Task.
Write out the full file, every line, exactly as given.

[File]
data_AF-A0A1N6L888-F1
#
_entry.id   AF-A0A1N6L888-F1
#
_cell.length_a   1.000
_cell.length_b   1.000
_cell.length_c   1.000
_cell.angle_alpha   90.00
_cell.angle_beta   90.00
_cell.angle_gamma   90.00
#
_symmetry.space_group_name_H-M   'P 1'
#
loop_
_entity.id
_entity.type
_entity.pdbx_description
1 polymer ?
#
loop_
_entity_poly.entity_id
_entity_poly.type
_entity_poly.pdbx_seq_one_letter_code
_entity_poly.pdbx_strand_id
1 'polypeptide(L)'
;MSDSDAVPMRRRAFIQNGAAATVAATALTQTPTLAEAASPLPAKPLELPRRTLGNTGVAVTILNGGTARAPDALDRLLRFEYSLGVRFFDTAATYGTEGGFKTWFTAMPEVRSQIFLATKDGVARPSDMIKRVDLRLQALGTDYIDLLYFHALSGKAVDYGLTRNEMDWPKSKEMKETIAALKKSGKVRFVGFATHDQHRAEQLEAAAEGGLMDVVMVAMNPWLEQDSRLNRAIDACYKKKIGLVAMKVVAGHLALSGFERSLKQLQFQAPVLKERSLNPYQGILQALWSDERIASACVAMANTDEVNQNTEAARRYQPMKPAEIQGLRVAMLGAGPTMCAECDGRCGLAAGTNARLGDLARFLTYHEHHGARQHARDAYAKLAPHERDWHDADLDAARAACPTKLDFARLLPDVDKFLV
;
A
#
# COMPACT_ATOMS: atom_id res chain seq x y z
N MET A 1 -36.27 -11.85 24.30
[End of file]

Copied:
data_AF-A0A1N6L888-F1
#
_entry.id   AF-A0A1N6L888-F1
#
_cell.length_a   1.000
_cell.length_b   1.000
_cell.length_c   1.000
_cell.angle_alpha   90.00
_cell.angle_beta   90.00
_cell.angle_gamma   90.00
#
_symmetry.space_group_name_H-M   'P 1'
#
loop_
_entity.id
_entity.type
_entity.pdbx_description
1 polymer ?
#
loop_
_entity_poly.entity_id
_entity_poly.type
_entity_poly.pdbx_seq_one_letter_code
_entity_poly.pdbx_strand_id
1 'polypeptide(L)'
;MSDSDAVPMRRRAFIQNGAAATVAATALTQTPTLAEAASPLPAKPLELPRRTLGNTGVAVTILNGGTARAPDALDRLLRFEYSLGVRFFDTAATYGTEGGFKTWFTAMPEVRSQIFLATKDGVARPSDMIKRVDLRLQALGTDYIDLLYFHALSGKAVDYGLTRNEMDWPKSKEMKETIAALKKSGKVRFVGFATHDQHRAEQLEAAAEGGLMDVVMVAMNPWLEQDSRLNRAIDACYKKKIGLVAMKVVAGHLALSGFERSLKQLQFQAPVLKERSLNPYQGILQALWSDERIASACVAMANTDEVNQNTEAARRYQPMKPAEIQGLRVAMLGAGPTMCAECDGRCGLAAGTNARLGDLARFLTYHEHHGARQHARDAYAKLAPHERDWHDADLDAARAACPTKLDFARLLPDVDKFLV
;
A
#
# COMPACT_ATOMS: atom_id res chain seq x y z
N MET A 1 -36.27 -11.85 24.30